With all of these Twitter users and tweets flying by, it comes as no surprise that Portland and the Silicon Forest have created a number of cool side-project Twitter-related tools and views. I use a number of these tools every single day. And they’ve greatly improved the utility of Twitter—and the information it holds—for me. (Of course, as always, I also remain hopeful that some of these side projects have the potential to form—or at the very least inspire—full-fledged Silicon Forest startups.)

While I’ve covered most of these individually, I thought it might be wise to round them up for future reference. Both to highlight the work that is going on, and to hopefully, stimulate some more ideas for development.

In no particular order:

  • Pulse of PDX provides a view of Portland Twitter users and what they’re posting to Twitter. The best thing about Pulse of PDX? You don’t even have to be a Twitter user to use it, so it’s a great way to dip your toe in the proverbial Twitter water. Of course, once you use it, you may want to become a Twitter user.
  • Twitterwhere let’s you find all the Twitter users in a particular geographic region. Want to find all of the Twitter folks in Corvallis? What about Vancouver? Portland? And since the service provides a feed, it’s another “try before you buy” Twitter tool. Add the feed to your feed reader if you’re still debating whether to sign up for Twitter or not.
  • Tweetpeek allows you to create quick widgets and pages using the followers of a particular entity. Think Pulse of PDX for whatever you want. Create a Twitter entity, follow the folks you would like to include, and run it through Tweetpeek. Easy.
  • Ever wish you could see Twitter conversations in a threaded, rather than linear, format? Well, then Twitterthreads may be for you, my friend. Simply log into Twitterthreads with your Twitter credentials, and you’ll be able to see your
  • Heavy Twitter users will find times when they simply don’t see all the replies that were meant for them. And that’s where Portland’s Twitter Reply Sniffer comes into play. Use the tool to search for your Twitter name and you’ll see all the replies from all the folks who are interested in conversing with you.
  • I don’t use public transit as much as I would like, but when I do, NextTrimet has been a welcomed addition to my Twitter toolset. Simply follow NextTrimet (and wait for it to follow you back), then send your stop number in a direct message to NextTrimet and it will let you know when the next ride will be arriving.
  • Sandy isn’t a Twitter tool per se. But I have to tell you, since I discovered Sandy’s Twitter account, I’ve been working with her more and more. Like anyone else on Twitter, she’s cordial, intelligent, and helpful. And she’s helping me keep track of more and more things.

Wow. Portland and the Silicon Forest are definitely a Twitter.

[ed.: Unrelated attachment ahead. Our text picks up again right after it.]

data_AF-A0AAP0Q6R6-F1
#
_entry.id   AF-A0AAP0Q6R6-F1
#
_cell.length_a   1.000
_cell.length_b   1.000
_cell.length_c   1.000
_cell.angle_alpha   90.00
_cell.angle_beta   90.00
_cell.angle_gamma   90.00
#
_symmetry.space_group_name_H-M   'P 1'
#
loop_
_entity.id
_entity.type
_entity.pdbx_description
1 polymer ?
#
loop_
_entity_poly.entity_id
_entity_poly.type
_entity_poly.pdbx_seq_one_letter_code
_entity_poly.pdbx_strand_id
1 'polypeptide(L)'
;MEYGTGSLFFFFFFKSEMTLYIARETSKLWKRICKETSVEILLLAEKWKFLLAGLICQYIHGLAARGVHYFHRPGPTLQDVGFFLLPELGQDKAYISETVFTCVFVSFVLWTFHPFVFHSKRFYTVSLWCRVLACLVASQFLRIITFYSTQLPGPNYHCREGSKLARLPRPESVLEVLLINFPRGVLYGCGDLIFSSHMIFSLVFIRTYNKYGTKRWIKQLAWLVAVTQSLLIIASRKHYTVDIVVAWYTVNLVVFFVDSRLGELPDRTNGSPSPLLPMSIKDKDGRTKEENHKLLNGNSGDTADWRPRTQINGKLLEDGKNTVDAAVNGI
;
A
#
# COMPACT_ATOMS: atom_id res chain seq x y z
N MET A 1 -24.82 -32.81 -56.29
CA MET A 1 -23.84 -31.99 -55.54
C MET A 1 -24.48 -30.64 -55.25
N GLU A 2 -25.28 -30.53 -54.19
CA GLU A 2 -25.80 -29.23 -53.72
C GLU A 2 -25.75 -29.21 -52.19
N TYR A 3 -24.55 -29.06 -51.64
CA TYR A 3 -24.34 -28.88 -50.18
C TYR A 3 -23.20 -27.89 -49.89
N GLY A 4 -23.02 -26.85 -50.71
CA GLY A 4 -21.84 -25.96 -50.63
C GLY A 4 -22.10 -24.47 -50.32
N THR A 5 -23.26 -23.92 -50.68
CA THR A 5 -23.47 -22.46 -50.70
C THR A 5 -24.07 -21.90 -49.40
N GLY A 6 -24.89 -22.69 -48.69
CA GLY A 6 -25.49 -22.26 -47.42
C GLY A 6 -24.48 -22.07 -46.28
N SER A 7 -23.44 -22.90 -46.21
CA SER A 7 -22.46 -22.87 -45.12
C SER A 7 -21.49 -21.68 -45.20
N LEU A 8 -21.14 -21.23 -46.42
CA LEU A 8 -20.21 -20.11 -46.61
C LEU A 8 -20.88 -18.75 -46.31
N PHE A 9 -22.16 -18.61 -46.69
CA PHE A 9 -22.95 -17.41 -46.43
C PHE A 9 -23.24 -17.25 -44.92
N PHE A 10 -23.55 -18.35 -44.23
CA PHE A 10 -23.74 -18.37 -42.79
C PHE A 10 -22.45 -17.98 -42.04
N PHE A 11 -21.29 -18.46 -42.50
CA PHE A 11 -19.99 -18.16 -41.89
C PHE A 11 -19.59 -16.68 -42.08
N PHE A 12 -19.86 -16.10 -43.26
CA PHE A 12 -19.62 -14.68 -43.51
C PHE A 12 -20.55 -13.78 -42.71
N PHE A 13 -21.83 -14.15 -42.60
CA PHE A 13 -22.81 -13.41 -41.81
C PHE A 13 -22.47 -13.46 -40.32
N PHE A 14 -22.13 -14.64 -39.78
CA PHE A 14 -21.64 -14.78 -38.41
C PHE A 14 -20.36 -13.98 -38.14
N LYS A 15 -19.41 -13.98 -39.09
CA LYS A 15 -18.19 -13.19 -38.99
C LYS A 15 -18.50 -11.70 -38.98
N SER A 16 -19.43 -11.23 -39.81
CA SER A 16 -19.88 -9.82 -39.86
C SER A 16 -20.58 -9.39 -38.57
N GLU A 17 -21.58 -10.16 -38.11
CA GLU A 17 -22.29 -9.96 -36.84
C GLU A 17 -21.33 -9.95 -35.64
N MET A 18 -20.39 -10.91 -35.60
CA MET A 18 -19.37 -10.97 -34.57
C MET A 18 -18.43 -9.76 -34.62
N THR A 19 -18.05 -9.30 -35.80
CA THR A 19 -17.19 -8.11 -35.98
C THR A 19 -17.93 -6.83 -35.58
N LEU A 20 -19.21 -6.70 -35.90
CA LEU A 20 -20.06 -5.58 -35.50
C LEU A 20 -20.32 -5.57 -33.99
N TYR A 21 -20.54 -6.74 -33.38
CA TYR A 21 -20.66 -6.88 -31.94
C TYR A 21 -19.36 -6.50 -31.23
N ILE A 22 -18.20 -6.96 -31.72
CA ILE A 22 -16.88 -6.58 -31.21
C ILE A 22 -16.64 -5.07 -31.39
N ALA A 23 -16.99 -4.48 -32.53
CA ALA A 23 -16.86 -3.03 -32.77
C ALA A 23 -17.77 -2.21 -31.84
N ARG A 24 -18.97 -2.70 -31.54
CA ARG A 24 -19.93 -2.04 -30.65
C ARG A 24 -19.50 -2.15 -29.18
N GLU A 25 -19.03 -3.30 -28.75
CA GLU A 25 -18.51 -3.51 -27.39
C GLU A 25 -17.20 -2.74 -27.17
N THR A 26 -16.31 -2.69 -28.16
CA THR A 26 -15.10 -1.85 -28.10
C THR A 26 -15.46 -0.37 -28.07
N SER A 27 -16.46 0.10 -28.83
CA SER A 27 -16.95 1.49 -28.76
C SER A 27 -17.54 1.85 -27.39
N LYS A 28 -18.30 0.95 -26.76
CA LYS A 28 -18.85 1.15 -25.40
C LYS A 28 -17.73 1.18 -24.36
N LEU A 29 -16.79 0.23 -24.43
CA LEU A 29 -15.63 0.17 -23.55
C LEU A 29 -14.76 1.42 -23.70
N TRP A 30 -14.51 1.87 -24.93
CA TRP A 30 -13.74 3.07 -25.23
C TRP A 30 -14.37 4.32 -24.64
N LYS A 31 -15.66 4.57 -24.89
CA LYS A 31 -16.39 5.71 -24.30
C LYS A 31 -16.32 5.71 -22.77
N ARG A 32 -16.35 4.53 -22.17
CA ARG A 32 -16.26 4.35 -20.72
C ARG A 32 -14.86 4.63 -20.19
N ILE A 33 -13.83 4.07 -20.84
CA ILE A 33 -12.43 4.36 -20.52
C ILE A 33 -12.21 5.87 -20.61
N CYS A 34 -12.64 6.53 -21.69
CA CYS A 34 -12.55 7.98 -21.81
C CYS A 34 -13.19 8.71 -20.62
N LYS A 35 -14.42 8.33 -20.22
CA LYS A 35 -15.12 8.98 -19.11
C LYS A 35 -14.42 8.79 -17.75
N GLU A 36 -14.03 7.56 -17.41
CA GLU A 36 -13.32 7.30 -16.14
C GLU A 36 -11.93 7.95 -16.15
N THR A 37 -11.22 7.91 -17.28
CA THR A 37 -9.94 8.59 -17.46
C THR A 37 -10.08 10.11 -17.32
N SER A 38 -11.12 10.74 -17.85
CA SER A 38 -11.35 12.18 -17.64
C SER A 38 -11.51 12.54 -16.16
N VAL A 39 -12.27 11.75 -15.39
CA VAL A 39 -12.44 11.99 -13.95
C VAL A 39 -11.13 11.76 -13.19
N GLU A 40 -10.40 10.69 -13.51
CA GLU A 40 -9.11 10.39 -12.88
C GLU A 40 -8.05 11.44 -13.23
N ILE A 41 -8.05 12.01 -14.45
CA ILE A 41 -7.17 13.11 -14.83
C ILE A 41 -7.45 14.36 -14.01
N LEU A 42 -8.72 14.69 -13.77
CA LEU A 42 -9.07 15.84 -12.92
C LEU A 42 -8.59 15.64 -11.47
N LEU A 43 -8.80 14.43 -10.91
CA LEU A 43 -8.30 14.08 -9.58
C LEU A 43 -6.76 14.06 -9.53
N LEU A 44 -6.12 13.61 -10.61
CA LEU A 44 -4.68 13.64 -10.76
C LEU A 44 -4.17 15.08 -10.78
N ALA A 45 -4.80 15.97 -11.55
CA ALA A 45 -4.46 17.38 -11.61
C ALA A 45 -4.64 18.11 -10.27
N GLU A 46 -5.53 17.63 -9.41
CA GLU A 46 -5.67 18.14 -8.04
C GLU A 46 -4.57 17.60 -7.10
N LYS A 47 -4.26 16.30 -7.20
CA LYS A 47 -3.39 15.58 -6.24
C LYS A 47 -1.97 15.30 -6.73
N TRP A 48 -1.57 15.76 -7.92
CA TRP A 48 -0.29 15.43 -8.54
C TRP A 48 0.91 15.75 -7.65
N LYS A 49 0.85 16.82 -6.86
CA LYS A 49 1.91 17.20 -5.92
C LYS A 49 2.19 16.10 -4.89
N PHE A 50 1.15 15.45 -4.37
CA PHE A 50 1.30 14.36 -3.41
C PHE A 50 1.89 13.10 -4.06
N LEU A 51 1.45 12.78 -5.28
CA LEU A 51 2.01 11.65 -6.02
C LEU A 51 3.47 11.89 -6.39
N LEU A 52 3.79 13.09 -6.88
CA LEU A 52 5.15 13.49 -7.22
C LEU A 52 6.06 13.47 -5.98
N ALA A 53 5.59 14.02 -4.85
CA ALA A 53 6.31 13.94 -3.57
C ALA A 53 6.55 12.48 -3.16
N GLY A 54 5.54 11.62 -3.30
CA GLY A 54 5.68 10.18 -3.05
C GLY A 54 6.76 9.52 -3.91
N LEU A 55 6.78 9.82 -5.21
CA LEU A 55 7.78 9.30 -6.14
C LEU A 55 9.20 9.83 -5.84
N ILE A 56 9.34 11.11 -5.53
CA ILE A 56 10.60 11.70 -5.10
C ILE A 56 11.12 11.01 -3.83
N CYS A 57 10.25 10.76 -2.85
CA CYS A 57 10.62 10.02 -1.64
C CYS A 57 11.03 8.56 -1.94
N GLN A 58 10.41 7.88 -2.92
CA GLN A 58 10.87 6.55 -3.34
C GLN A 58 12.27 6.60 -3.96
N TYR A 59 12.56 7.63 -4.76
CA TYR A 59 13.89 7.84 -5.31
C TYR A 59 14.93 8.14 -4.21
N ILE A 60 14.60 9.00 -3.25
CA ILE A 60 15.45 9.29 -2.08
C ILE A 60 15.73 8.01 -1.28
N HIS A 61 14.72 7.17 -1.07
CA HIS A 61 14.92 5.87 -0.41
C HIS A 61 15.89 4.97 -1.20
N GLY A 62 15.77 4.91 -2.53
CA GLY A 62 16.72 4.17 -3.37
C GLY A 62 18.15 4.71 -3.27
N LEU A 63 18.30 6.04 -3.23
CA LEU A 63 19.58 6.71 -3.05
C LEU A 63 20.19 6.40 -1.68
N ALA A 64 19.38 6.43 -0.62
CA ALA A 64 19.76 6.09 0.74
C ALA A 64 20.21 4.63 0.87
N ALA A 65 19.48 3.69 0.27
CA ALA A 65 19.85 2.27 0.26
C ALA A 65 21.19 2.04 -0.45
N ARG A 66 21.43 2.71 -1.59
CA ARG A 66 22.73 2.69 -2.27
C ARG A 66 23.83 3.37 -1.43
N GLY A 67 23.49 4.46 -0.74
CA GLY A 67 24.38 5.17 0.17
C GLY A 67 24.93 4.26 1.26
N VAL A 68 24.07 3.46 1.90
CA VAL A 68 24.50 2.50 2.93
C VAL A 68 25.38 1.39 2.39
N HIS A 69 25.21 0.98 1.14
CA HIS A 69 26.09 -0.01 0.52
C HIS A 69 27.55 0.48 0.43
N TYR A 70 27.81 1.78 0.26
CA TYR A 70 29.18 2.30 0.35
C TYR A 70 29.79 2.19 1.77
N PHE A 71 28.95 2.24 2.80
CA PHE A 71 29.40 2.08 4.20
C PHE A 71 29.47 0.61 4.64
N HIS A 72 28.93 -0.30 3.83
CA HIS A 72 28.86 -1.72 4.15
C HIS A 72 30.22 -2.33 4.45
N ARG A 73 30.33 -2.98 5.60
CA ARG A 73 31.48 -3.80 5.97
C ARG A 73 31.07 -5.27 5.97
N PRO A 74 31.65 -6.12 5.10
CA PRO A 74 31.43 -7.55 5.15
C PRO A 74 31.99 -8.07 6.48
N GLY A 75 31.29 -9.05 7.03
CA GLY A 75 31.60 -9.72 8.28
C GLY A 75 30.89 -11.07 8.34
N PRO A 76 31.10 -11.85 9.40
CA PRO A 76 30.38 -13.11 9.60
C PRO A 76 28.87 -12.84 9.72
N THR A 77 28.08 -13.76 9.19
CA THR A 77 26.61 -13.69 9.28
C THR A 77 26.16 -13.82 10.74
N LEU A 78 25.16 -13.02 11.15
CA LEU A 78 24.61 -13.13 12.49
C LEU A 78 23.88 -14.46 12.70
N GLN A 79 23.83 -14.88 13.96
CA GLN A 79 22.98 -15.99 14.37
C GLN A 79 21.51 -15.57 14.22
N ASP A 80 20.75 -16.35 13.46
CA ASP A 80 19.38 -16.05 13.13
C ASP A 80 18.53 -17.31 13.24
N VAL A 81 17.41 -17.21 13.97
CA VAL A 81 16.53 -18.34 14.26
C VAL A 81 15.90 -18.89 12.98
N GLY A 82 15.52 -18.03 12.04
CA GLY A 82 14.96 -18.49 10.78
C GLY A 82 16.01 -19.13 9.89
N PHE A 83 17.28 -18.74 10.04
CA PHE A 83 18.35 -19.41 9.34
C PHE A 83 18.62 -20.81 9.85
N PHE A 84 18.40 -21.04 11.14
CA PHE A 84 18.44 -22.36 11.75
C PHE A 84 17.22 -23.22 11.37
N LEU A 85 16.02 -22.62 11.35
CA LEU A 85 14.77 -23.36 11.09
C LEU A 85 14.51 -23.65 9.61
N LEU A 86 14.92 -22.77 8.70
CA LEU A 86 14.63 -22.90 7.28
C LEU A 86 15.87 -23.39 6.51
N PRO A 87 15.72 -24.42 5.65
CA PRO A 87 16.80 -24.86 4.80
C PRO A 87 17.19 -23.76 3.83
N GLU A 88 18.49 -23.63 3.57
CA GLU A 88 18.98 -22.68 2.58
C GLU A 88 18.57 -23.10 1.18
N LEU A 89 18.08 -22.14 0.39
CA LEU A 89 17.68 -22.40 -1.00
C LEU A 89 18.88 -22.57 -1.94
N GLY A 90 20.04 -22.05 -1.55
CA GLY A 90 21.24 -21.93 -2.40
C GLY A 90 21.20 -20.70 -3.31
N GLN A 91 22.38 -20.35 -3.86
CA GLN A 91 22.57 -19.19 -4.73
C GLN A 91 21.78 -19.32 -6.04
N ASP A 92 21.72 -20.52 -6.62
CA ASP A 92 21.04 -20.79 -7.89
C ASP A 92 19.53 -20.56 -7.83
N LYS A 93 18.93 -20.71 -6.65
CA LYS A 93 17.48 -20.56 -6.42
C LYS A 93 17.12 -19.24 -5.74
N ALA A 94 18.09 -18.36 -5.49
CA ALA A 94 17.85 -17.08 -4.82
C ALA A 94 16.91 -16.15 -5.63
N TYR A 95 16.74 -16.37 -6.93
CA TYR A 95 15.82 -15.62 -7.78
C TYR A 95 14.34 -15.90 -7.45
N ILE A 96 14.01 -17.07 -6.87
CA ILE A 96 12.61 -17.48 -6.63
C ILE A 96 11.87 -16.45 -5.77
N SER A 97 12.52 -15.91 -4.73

Those are just a few of the cool tools built on and around Twitter that I’ve been lucky enough to find. I, for one, can’t wait to find more hometown-built tools that make Twitter even more valuable.

Have you built a cool Twitter app or found one that I haven’t listed? Please, by all means, let me know.

Russell Shaw, RIP

It is with a heavy heart that I report that well-known and beloved Portland tech blogger Russell Shaw has passed away.

Aaron Hockley, Alex Williams, and Portland Metblogs have written farewells to a man who truly was a professional blogger, in every sense of the word.

He will be missed.

Portland Start-up Index for March 2008: AboutUs retains top spot

It’s the 15th of the month again. And that means its time to update the Techvibes Portland Start-up Index. While there was neither much movement this month—the top 4 remain in the same positions as last month, with AboutUs retaining the #1 spot—nor, apparently, any new sites added to the index, I do find it interesting that two of the most newsworthy companies in the area, Jive and SplashCast, have actually dropped down the list one and two spots, respectively.

Given that the list changes month to month, here’s the ranking, for historical reference. To see the metrics and movement, please visit Techvibes. And, as always, I offer this with the “fruit salad” caveat: This is a very apples and oranges comparison, in terms of companies and products. The other caveat that bears mentioning is that widget- and mobile-based tools often report far lower Alexa and Compete numbers than Web-based services.

So, here’s the list:

  1. AboutUs
  2. Discogs
  3. Kongregate
  4. MyOpenID
  5. Earth Class Mail
  6. Sandy
  7. Splashcast
  8. Jive Software
  9. eROI
  10. Gone Raw
  11. Stikkit
  12. NetworthIQ
  13. Walker Tracker
  14. Attensa
  15. Grabbit
  16. Pibb
  17. GadgetTrak
  18. Active Reload
  19. Iterasi
  20. Art Face Off
  21. Iovation
  22. Rocketbook
  23. Lunarr
  24. ChoiceA
  25. UrbanDrinks
  26. WeoGeo
  27. FreeRange
  28. GoLife Mobile
  29. KnitMap
  30. Goboz
  31. VocalNation.net
  32. MomHub
  33. Lightfleet
  34. Cendix
  35. Pheedo
  36. fmyi
  37. Picktastic
  38. Imindi
  39. Workplace2go
  40. Kryptiq
  41. Techchex
  42. Jama Software
  43. Avnera
  44. GoSeeTell
  45. Lumeno.us
  46. Box Populi
  47. Worldwide Nest
  48. Kumquat
  49. IDP Solutions
  50. YourList

The Portland Start-up Index is compiled by Techvibes using an average of Alexa and Compete rankings. It is updated on a monthly basis.

Calagator code sprint on March 15

I was going to write a post about the next Calagator code sprint which is going to be held tomorrow, March 15, from 10 AM until 5 PM at CubeSpace. But I’ll be darned if Igal Koshevoy’s note didn’t put that write up to shame.

So, I’m just going to quote liberally from that note.

What’s Calagator?